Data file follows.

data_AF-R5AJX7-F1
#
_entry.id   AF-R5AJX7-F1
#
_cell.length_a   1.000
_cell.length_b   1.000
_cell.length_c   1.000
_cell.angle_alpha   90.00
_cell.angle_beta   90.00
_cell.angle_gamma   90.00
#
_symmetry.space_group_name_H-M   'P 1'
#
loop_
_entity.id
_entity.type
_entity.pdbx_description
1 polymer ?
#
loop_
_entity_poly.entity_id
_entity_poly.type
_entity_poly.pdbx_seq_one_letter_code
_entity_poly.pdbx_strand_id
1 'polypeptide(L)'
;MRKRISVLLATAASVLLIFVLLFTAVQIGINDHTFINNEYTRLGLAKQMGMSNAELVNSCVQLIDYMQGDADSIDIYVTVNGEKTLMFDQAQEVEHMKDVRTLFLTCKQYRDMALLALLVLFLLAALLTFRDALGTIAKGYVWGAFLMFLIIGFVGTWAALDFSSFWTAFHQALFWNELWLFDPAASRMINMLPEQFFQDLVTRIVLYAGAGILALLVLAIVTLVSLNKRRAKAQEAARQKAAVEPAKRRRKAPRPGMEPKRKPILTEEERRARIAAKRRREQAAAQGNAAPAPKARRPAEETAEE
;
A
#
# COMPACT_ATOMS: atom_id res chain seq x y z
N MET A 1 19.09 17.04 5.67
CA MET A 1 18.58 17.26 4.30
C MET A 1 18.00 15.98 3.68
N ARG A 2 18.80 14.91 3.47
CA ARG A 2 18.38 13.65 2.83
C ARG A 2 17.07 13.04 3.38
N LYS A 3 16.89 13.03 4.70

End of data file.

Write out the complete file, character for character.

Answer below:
data_AF-R5AJX7-F1
#
_entry.id   AF-R5AJX7-F1
#
_cell.length_a   1.000
_cell.length_b   1.000
_cell.length_c   1.000
_cell.angle_alpha   90.00
_cell.angle_beta   90.00
_cell.angle_gamma   90.00
#
_symmetry.space_group_name_H-M   'P 1'
#
loop_
_entity.id
_entity.type
_entity.pdbx_description
1 polymer ?
#
loop_
_entity_poly.entity_id
_entity_poly.type
_entity_poly.pdbx_seq_one_letter_code
_entity_poly.pdbx_strand_id
1 'polypeptide(L)'
;MRKRISVLLATAASVLLIFVLLFTAVQIGINDHTFINNEYTRLGLAKQMGMSNAELVNSCVQLIDYMQGDADSIDIYVTVNGEKTLMFDQAQEVEHMKDVRTLFLTCKQYRDMALLALLVLFLLAALLTFRDALGTIAKGYVWGAFLMFLIIGFVGTWAALDFSSFWTAFHQALFWNELWLFDPAASRMINMLPEQFFQDLVTRIVLYAGAGILALLVLAIVTLVSLNKRRAKAQEAARQKAAVEPAKRRRKAPRPGMEPKRKPILTEEERRARIAAKRRREQAAAQGNAAPAPKARRPAEETAEE
;
A
#
# COMPACT_ATOMS: atom_id res chain seq x y z
N MET A 1 19.09 17.04 5.67
CA MET A 1 18.58 17.26 4.30
C MET A 1 18.00 15.98 3.68
N ARG A 2 18.80 14.91 3.47
CA ARG A 2 18.38 13.65 2.83
C ARG A 2 17.07 13.04 3.38
N LYS A 3 16.89 13.03 4.70